Tio is an easygoing tiger.  Sometimes, he even lets the vultures eat with him!  Tio embraced his new home from the moment he stepped foot into his outdoor enclosure, bounding out and playfully running around.  Tio enjoys stalking those who work closest to him, but visitors can get to know this social cat, too!  He will often come up to greet tour guests.  If not, he can be easily seen lounging in his favorite shady area toward the middle of his enclosure.  Tio enjoys tearing up enrichment and relaxing in his pool during the summer.

Born February 1, 2002
Rescued April 6, 2018

How Tio Came to the Sanctuary

Tio was rescued along with three other tigers, Kaari, Shira, and Yanaba, from a facility in the southwestern part of the United States. Due to limited details and the ongoing situation, not much else is known about where the four tigers came from. Kaari passed away in February 2019.


Tio is an extremely laid-back tiger who does not seem phased by much. Even in quarantine, he just went with the flow. When we released him into his new outdoor enclosure, he came bounding out and immediately explored his new home and marked his territory. Tio is on the tour path and will often come up to greet tours. He also enjoys hanging out in his pool or in the shade at the back of his enclosure.


Tio is a petite male tiger. He has a large head and dark fur. At some point before Tio was rescued, he was declawed on all four paws. Because the tips of his toes were removed during the declaw, Tio's feet flop forward when he walks. This is called "Paddle Foot" and it is something we will continue to monitor for signs of arthritis as he ages. On March 5, 2019, Tio had to have a middle toe removed from his front right paw due to complications caused by his declaw. He recovered well and still gets around his enclosure fine!

Where in Sanctuary

Tio lives on tour on Oak Hill. His neighbors are Roman and Reina Lion to one side and Caprichio, Carolina, and India Tiger to the other.

Declawing of Wild Cats

When one declaws a cat, they are removing not only the claw of the cat but also the tip of the toe up to the first knuckle. Removing the claws of a wild cat, especially one as large as a tiger, causes the cat to walk in an unnatural way and can quickly cause them to develop arthritis. Carolina Tiger Rescue is against the declawing of wild cats.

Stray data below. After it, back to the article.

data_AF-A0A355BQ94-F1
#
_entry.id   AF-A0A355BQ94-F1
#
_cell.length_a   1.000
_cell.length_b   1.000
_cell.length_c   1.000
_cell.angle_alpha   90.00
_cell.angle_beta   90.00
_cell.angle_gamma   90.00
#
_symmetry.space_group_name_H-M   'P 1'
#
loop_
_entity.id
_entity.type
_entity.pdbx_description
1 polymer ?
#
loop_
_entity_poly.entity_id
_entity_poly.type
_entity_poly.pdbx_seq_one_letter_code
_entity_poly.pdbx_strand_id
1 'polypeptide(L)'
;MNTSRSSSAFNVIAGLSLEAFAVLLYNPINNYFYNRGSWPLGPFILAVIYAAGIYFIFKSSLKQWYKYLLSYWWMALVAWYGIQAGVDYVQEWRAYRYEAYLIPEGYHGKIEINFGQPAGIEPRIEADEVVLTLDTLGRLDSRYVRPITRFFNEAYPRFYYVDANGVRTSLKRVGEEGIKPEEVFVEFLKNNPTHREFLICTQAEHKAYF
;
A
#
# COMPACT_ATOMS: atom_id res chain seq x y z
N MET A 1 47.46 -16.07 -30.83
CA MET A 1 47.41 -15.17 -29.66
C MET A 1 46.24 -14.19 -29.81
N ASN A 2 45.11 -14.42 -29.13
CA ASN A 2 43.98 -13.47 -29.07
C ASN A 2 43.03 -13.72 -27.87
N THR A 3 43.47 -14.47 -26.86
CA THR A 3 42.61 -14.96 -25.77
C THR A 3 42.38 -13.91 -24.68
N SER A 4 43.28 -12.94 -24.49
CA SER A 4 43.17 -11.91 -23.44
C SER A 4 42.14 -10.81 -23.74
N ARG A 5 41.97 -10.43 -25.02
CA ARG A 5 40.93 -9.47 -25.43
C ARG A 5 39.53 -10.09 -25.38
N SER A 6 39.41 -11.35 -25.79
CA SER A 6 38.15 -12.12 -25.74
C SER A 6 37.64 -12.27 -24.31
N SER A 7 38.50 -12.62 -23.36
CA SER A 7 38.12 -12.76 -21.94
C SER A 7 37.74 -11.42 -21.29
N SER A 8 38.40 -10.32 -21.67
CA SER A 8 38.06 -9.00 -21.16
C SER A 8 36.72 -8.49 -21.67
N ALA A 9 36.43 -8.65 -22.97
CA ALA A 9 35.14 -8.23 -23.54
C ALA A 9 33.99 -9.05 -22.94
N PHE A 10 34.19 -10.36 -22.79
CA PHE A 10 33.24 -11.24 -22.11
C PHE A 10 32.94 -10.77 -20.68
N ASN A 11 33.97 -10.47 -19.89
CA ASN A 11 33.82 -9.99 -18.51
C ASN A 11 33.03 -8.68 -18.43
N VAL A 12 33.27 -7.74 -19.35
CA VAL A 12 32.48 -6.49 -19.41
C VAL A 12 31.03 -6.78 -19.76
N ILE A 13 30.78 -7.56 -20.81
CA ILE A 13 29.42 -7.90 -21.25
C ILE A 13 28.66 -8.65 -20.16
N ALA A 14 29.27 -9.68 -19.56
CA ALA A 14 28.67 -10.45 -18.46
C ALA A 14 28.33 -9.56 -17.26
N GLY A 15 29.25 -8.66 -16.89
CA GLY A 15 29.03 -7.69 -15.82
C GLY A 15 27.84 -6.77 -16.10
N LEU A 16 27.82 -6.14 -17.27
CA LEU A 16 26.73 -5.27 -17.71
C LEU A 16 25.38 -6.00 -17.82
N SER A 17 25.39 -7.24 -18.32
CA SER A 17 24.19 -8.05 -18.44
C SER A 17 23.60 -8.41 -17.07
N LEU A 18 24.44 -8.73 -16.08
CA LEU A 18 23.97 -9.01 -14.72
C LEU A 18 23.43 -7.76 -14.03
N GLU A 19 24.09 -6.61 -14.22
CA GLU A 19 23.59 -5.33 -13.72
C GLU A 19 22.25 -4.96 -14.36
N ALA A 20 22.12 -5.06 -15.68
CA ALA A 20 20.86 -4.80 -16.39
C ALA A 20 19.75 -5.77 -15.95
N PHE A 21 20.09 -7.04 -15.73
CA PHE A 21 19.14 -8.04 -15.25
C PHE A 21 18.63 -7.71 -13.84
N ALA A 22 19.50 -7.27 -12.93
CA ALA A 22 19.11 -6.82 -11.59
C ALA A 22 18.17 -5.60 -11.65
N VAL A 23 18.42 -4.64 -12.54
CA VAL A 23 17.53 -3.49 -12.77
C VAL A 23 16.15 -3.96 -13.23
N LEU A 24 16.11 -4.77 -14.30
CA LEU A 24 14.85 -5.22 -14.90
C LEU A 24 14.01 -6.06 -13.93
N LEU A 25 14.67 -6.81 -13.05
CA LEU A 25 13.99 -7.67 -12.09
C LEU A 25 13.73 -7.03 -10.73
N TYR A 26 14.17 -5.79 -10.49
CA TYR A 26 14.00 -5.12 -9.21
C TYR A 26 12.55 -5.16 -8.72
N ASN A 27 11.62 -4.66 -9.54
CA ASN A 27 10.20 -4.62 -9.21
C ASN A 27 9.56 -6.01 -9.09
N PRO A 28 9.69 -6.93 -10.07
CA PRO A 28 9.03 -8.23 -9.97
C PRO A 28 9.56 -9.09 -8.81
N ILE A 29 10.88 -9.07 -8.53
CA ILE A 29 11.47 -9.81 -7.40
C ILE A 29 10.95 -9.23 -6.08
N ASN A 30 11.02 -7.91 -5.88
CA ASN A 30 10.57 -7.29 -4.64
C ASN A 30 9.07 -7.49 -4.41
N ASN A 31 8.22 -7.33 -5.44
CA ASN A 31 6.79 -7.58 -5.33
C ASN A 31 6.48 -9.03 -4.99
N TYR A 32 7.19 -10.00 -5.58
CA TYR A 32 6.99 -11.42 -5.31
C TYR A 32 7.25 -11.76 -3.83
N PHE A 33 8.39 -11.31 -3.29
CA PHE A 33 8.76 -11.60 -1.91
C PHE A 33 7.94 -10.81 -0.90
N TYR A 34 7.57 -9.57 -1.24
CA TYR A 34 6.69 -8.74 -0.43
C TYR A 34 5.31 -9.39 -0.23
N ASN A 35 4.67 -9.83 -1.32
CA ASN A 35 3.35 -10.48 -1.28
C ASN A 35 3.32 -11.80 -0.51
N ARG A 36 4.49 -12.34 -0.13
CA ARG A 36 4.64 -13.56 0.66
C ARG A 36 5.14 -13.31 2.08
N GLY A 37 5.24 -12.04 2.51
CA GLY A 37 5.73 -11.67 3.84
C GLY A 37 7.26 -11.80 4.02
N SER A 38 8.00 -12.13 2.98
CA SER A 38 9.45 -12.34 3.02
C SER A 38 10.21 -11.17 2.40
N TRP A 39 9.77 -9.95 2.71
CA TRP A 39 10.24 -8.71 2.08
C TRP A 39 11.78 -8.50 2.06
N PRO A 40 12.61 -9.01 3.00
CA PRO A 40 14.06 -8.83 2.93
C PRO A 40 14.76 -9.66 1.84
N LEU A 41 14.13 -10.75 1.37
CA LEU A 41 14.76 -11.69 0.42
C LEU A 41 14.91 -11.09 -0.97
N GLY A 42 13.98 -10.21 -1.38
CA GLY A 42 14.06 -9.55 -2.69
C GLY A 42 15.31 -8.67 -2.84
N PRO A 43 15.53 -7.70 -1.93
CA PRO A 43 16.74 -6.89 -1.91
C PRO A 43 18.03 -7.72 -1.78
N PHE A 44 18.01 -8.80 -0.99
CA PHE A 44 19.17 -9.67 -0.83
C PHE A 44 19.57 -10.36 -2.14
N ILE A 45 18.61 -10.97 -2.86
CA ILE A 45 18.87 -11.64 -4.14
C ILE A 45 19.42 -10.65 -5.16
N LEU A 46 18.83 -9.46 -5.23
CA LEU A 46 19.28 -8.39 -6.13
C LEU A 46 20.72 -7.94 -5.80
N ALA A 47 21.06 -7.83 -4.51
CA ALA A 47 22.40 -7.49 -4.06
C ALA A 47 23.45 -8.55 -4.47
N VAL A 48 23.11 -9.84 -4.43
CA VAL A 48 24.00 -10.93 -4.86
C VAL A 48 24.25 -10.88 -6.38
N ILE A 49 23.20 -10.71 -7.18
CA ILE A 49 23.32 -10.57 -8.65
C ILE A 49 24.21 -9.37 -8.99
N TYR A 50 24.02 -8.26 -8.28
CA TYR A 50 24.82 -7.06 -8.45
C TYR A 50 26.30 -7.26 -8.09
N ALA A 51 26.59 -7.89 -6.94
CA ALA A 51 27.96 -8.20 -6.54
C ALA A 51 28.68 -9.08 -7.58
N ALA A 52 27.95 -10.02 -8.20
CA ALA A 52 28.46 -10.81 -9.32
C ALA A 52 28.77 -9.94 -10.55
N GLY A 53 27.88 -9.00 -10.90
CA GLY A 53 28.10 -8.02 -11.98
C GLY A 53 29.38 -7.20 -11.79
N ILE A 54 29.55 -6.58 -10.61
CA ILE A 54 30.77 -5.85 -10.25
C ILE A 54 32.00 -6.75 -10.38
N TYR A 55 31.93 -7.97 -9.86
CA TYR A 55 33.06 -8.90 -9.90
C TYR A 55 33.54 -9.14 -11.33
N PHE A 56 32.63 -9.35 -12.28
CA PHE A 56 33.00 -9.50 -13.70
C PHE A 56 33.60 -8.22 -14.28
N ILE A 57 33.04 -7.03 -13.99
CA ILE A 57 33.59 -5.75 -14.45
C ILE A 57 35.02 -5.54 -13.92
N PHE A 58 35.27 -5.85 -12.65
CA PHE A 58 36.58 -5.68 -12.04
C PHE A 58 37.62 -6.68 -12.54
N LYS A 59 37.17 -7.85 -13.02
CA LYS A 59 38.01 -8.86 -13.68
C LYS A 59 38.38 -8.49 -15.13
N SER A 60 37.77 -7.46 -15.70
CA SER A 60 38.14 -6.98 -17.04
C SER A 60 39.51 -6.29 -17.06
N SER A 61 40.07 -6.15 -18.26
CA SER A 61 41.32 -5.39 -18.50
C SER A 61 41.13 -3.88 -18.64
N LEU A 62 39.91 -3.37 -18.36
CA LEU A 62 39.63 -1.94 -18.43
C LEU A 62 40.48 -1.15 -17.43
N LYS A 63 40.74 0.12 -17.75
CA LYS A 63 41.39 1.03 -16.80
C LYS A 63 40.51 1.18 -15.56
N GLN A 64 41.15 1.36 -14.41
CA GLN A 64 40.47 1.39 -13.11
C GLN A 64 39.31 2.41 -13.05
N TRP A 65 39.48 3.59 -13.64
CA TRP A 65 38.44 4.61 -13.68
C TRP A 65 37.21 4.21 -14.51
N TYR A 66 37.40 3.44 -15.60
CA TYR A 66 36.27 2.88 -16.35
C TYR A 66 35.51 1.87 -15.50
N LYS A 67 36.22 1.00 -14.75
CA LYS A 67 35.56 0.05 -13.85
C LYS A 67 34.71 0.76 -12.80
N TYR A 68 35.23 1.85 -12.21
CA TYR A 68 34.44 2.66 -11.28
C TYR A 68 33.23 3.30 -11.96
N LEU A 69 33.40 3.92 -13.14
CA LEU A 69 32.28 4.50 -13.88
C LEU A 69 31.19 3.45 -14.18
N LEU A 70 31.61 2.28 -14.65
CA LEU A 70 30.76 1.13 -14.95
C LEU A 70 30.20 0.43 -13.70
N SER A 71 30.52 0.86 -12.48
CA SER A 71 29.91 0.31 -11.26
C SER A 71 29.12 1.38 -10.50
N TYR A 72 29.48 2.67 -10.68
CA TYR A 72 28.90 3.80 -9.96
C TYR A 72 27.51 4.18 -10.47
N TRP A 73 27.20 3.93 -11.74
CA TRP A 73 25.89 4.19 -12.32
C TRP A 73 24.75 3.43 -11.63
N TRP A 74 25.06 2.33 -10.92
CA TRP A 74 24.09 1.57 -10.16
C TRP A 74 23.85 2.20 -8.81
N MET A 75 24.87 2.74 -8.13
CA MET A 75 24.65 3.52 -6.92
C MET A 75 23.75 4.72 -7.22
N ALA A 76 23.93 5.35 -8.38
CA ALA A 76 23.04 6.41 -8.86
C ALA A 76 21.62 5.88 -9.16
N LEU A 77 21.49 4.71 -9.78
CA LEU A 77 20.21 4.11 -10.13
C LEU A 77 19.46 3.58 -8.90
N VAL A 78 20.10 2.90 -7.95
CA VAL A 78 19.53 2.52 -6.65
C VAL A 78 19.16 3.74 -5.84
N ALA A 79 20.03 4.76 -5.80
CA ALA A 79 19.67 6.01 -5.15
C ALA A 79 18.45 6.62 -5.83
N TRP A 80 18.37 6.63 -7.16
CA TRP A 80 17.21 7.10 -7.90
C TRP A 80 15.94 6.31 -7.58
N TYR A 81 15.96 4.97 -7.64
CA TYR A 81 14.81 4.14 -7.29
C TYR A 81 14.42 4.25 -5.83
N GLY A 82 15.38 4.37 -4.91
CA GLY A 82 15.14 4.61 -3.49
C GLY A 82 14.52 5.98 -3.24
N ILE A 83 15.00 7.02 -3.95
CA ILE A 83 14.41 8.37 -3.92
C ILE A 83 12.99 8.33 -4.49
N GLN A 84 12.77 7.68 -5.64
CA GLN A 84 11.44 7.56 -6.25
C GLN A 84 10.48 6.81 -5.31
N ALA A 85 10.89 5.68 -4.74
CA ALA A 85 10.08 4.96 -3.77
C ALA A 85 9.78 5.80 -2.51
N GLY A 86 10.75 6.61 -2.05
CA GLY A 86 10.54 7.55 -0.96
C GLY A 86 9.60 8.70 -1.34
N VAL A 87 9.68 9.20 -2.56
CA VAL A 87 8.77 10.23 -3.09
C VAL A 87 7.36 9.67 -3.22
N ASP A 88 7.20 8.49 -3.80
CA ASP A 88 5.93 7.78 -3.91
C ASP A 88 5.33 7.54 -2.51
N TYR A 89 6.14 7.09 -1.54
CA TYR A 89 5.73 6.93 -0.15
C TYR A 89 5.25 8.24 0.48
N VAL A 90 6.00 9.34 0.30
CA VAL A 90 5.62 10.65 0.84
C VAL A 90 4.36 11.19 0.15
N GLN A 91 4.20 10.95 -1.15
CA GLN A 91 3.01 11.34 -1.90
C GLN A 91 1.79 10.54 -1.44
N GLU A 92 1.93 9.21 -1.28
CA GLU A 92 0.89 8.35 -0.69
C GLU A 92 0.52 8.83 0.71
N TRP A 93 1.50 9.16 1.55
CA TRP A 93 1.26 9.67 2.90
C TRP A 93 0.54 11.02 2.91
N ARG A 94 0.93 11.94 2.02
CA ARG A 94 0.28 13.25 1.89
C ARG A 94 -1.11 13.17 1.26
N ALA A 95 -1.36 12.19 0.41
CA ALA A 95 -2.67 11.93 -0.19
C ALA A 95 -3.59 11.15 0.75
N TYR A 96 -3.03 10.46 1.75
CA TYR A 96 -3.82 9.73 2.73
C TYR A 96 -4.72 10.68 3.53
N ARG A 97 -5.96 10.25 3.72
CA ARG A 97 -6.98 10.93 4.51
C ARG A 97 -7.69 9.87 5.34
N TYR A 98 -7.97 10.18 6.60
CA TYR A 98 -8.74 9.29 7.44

Panthera tigris

About Carolina Tiger Rescue

Carolina Tiger Rescue is a 501(c)3 nonprofit wildlife sanctuary whose mission is saving and protecting wild cats in captivity and in the wild.

Carolina Tiger Rescue

1940 Hanks Chapel Rd. Pittsboro, NC 27312 (919) 542-4684 (919) 542-4454 info@carolinatigerrescue.org

Wildlife should be in the Wild



  • We believe the ideal home for wildlife is in the wild.
  • We believe it is critical to conserve their native habitats.
  • We believe wild animals should not be kept as pets.
  • We believe captive breeding should ONLY be done in accordance with Species Survival plans.
  • We believe all wild animals, both captive and in their native habitats, deserve to be treated with respect and not exploited for entertainment and commercial purposes.

Visit Carolina Tiger Rescue

Tiger at Carolina Tiger Rescue

Public Tours

Twilight Tours

Coming out for a tour is a great way to learn more about the animals that call Carolina Tiger Recue home. We offer many different types of tours.  Public tours are great for adults and families. Twilight tours are for adults only (18 years of age and older). Tiger Tales are a perfect option if you want to bring out really young children. Find the tour that is right for you and enjoy a walk through the sanctuary.

For all tours, tickets must be purchased in advance.

Have Fun Learning at Carolina Tiger Rescue

Field Trips

Field Trips

Virtual Field Trips link

Virtual Field Trips

Education is key to our mission.  We enjoy teaching "kids" of all ages!  Our field trips, both virtual and onsite, are ideal for groups of kids.  Our "Kid for a Day" Adult Camp provides a unique learning opportunity while allowing adults to channel their inner child.  While all of these opportunities are structured differently, in the end we want everyone to walk away knowing more about the animals we care for and what they can do to help protect them.

Bobcat at Carolina Tiger Rescue
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Caracal at Carolina Tiger Rescue
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Coatimundi at Carolina Tiger Rescue
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Cougar at Carolina Tiger Rescue
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Kinkajou at Carolina Tiger Rescue
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Lion at Carolina Tiger Rescue
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NGSD at Carolina Tiger Rescue
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Porcupine at Carolina Tiger Rescue
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Raccoon at Carolina Tiger Rescue
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Red Wolf at Carolina Tiger Rescue
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Red Wolves
Serval at Carolina Tiger Rescue
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Tiger at Carolina Tiger Rescue
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Keeper Stripes

Get involved at Carolina Tiger Rescue

Individual volunteering at Carolina Tiger Rescue

Individual Volunteering

Group volunteering at Carolina Tiger Rescue

Group Volunteering

There are so many ways to be a part of Carolina  Tiger Rescue.  Individual volunteers are able to help in many aspects of our work, including animal care, tour guides, construction, and gift shop assistance.  Work groups come from community groups, colleges, work places, and more!  It’s a great way to spend a day and it helps care for the cats.